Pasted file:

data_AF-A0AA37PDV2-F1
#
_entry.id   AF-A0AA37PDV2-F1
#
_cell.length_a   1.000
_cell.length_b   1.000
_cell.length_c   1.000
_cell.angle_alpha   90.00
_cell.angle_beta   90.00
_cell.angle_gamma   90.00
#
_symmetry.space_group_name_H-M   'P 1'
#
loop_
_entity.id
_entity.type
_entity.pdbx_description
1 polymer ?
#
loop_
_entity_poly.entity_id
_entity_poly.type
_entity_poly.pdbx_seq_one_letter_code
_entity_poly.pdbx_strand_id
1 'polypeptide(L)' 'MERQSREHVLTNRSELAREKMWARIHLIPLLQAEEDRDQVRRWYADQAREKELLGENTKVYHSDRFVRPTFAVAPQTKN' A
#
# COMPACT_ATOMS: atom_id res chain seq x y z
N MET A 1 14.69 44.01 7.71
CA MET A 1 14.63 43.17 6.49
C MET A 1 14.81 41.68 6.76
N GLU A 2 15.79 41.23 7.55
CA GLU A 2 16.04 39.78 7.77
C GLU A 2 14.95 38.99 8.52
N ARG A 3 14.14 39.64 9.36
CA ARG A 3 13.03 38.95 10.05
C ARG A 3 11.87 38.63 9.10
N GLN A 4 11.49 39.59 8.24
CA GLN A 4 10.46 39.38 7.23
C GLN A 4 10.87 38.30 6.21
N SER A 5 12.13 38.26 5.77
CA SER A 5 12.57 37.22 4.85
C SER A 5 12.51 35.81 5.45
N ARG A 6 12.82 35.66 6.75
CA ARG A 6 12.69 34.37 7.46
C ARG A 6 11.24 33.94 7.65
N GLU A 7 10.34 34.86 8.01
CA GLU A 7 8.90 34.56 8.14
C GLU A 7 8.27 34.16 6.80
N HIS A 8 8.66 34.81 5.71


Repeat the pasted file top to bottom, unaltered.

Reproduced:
data_AF-A0AA37PDV2-F1
#
_entry.id   AF-A0AA37PDV2-F1
#
_cell.length_a   1.000
_cell.length_b   1.000
_cell.length_c   1.000
_cell.angle_alpha   90.00
_cell.angle_beta   90.00
_cell.angle_gamma   90.00
#
_symmetry.space_group_name_H-M   'P 1'
#
loop_
_entity.id
_entity.type
_entity.pdbx_description
1 polymer ?
#
loop_
_entity_poly.entity_id
_entity_poly.type
_entity_poly.pdbx_seq_one_letter_code
_entity_poly.pdbx_strand_id
1 'polypeptide(L)' 'MERQSREHVLTNRSELAREKMWARIHLIPLLQAEEDRDQVRRWYADQAREKELLGENTKVYHSDRFVRPTFAVAPQTKN' A
#
# COMPACT_ATOMS: atom_id res chain seq x y z
N MET A 1 14.69 44.01 7.71
CA MET A 1 14.63 43.17 6.49
C MET A 1 14.81 41.68 6.76
N GLU A 2 15.79 41.23 7.55
CA GLU A 2 16.04 39.78 7.77
C GLU A 2 14.95 38.99 8.52
N ARG A 3 14.14 39.64 9.36
CA ARG A 3 13.03 38.95 10.05
C ARG A 3 11.87 38.63 9.10
N GLN A 4 11.49 39.59 8.24
CA GLN A 4 10.46 39.38 7.23
C GLN A 4 10.87 38.30 6.21
N SER A 5 12.13 38.26 5.77
CA SER A 5 12.57 37.22 4.85
C SER A 5 12.51 35.81 5.45
N ARG A 6 12.82 35.66 6.75
CA ARG A 6 12.69 34.37 7.46
C ARG A 6 11.24 33.94 7.65
N GLU A 7 10.34 34.86 8.01
CA GLU A 7 8.90 34.56 8.14
C GLU A 7 8.27 34.16 6.80
N HIS A 8 8.66 34.81 5.71